Mozgov also has a decent midrange shooting touch—it would be nice to see him stretch the floor more often.

    Bottom line, the 30-year-old is a big improvement over last year's version of Roy Hibbert, the guy he replaced in the middle.

    GRADE: B-

Julius Randle: Power Foward

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    Randle has come a long way since he ended his rookie season with a broken leg two years ago—just 14 minutes into his NBA debut.

    Now 22, the former seventh overall pick is a cornerstone of the Lakers'young hopes, averaging 13.1 points, 8.9 boards and 3.4 assists in 28.3 minutes per game. The left-handed power forward from the University of Kentucky also spends 26 percent of his time at center, sliding over when Mozgov subs out.

    At 6’9” and 250 pounds, Randall doesn’t have remarkable size but he makes up for that with bruising power and determination—the proverbial bull in a china shop. Add solid ball-handling skills and the willingness to make plays for others, and you’ve got the type of player who fits an obvious need in Walton’s open court system.

    But Randle is by no means a complete contributor yet. He doesn’t always make the smartest decisions on off-ball defense, including sometimes failing to properly rotate.  That said, he’s made strides in his quickness and ability to recover.

    The other huge issue is offensive versatility; Randall still hasn’t developed the kind of consistent jumper that will help spread the floor. But again, he’s making progress, connecting on 54.5 percent of his attempts from 16 feet out to the three-point line, compared to 25.4 last season.

    GRADE: B

D'Angelo Russell: Point Guard

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    Russell had been showing good progress before missing 13 games. His three-point shooting is crisper and he looks a lot more confident as a floor leader compared to his rookie campaign under then head coach Byron Scott.

    Early this season, Russell had an impressive all-around game with 23 points and eight assists in a winning effort against the Atlanta Hawks. Afterward, Walton praised the young point guard, per Lakers.com video.

    “He was in control of the game, and it wasn’t just from scoring,” Walton said. “It was the plays he was calling. He was getting people touches, he had the defense guessing where he was going to be going. And that was good to see.”

    On the other hand, last year’s second pick has been giving away possessions too frequently, turning the ball over 3.1 times while delivering 4.9 dimes per game. That’s not a good ratio by any stretch of the imagination.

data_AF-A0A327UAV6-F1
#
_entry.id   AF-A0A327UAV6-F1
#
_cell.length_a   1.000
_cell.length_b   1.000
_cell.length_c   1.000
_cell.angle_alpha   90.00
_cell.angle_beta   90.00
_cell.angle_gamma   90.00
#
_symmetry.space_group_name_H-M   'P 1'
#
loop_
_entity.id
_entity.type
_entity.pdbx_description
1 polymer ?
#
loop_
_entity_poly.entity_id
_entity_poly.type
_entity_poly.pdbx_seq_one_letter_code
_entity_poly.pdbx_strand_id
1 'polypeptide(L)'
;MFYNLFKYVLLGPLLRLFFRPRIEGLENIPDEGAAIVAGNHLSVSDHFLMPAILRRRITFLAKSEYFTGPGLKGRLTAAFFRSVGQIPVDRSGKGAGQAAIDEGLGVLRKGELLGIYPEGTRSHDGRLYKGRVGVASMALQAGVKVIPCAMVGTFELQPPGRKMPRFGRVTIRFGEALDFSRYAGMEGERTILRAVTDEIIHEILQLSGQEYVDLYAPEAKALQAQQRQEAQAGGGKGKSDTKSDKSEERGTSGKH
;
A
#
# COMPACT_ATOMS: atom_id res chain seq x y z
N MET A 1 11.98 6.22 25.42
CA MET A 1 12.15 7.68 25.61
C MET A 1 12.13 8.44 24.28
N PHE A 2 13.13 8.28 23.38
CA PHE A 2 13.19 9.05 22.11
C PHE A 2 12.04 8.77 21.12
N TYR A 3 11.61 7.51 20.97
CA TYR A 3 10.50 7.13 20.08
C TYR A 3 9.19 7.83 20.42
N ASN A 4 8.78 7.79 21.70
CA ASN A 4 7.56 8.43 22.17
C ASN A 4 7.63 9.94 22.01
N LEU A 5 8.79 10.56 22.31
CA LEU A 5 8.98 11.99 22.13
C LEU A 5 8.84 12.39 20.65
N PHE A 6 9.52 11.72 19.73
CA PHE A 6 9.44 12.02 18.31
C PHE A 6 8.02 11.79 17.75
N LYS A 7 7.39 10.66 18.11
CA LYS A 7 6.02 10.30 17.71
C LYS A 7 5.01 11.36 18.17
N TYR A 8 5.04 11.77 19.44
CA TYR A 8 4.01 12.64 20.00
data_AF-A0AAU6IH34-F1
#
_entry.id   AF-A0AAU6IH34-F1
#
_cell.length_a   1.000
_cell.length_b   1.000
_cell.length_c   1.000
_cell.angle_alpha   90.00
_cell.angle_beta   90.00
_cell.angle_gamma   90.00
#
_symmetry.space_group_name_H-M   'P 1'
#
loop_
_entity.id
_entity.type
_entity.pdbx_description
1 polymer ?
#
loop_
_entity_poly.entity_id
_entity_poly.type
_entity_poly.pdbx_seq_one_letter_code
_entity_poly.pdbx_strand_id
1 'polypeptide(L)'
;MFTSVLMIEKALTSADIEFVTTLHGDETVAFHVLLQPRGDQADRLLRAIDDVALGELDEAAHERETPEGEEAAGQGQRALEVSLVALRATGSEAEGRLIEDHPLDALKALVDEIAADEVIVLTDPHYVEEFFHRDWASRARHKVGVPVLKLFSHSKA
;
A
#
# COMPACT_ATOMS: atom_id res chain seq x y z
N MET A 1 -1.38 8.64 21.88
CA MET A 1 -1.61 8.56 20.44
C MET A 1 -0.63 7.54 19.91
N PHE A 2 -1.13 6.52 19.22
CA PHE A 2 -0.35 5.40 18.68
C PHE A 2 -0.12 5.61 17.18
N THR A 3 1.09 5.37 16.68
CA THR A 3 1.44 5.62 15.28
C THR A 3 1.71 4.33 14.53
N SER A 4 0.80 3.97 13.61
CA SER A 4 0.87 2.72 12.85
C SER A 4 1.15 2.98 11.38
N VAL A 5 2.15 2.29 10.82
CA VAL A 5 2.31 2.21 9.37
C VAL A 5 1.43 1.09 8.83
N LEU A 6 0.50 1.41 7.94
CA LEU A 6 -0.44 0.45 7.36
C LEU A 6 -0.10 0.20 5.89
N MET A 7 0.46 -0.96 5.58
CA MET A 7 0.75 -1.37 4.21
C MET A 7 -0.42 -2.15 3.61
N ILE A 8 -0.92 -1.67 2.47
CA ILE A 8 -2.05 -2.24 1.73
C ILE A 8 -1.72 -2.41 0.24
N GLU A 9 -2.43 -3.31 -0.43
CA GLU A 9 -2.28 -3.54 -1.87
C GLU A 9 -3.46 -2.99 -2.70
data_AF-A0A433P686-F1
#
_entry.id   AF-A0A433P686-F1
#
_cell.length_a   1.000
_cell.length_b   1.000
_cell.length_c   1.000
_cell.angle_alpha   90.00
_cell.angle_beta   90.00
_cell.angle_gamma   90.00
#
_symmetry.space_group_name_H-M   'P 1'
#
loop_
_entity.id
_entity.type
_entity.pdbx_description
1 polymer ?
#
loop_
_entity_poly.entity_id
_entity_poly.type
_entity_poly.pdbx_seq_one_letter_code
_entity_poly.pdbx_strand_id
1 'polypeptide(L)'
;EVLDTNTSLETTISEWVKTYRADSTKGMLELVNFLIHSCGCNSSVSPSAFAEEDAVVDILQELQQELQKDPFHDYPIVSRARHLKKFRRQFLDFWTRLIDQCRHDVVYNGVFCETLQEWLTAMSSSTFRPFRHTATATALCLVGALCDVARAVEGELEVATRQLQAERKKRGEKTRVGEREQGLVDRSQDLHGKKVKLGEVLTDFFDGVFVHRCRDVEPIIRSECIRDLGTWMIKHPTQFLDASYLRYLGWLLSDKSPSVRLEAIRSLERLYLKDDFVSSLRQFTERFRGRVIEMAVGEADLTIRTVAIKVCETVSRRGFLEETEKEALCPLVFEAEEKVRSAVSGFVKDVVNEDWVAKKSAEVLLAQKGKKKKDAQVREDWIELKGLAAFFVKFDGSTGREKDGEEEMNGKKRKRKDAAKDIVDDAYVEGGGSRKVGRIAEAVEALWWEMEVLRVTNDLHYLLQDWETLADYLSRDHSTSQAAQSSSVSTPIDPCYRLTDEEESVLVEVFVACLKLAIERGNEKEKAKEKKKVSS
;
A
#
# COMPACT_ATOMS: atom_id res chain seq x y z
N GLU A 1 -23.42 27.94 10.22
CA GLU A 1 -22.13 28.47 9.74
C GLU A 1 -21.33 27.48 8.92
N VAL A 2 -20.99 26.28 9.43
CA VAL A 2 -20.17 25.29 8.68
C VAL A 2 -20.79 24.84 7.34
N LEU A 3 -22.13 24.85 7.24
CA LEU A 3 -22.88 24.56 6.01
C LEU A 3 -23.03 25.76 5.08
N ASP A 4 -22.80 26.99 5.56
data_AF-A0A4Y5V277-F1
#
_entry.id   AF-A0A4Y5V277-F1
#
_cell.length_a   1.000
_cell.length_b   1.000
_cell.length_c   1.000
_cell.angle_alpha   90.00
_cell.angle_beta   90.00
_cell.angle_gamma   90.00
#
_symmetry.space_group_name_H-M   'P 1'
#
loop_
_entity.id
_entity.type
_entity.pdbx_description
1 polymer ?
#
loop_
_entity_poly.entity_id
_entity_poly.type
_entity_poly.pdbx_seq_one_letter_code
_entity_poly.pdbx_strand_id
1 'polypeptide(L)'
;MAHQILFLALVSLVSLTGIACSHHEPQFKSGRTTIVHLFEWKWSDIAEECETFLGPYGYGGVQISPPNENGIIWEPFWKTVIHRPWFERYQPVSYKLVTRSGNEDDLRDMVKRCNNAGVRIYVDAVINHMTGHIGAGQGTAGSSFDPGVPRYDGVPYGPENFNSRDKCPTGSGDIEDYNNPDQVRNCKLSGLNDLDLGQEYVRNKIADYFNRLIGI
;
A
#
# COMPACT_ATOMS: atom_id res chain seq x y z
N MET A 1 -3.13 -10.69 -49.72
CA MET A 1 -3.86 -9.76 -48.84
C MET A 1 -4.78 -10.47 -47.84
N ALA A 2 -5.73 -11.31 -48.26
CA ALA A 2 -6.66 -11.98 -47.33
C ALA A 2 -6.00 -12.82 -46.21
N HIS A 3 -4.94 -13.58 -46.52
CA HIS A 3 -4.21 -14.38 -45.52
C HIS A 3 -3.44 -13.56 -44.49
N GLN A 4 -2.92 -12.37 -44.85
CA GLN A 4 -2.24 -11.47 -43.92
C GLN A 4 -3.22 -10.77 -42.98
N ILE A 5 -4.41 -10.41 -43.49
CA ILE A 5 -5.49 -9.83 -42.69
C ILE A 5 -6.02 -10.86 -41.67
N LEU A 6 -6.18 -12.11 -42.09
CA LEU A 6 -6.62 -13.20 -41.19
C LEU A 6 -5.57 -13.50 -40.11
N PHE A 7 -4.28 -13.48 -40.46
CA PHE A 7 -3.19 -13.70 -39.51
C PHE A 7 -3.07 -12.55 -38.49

Russell is second only to Williams in points per contest at 15.1, and he’s learning to balance the integral elements of being an effective NBA floor general. But with only 35 college games and 94 in the NBA under his belt, the 20-year-old is still a work in progress.

    The next three quarters of the season should give us a better picture of where he is in his overall development.

    GRADE: B

Nick Young: Shooting Guard

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    It’s doubtful even the most ardent Nick Young fan would have predicted this season’s comeback. The freewheeling scorer went from Byron Scott’s doghouse for two years running to starting shooting guard under Walton.

    Young was averaging 13.3 points per game with a blistering 41.4 percent from behind the arc before going down with a calf strain. But it wasn’t just hot shooting that brought him back into the team’s good graces.

    In his 10th NBA season, one of the league’s least conscientious shot-chuckers has suddenly evolved into a legitimate two-way player.

    One basketball professional who hasn’t been surprised by Young’s resurgence? Former coach with the Lakers, Mike D’Antoni, currently steering the Houston Rockets.

    “He’s a force on the floor. The biggest thing is he’s really into playing defense,” D’Antoni said per Medina. “He has unbelievable talent. It’s unfortunate he hit a little bit of a snag.”

    Swaggy P once had a well-deserved reputation for attempting to make plays for himself rather than the good of the team. But he’s had more success this season as a catch-and-shoot rhythm shooter, and even facilitating for others.

    Young’s return Sunday night was welcome news—his infectious energy and scoring power has been sorely missed.

    GRADE: B+

     

    Statistics are courtesy of ESPN and Basketball-Reference unless otherwise noted, and are up-to-date entering games Monday.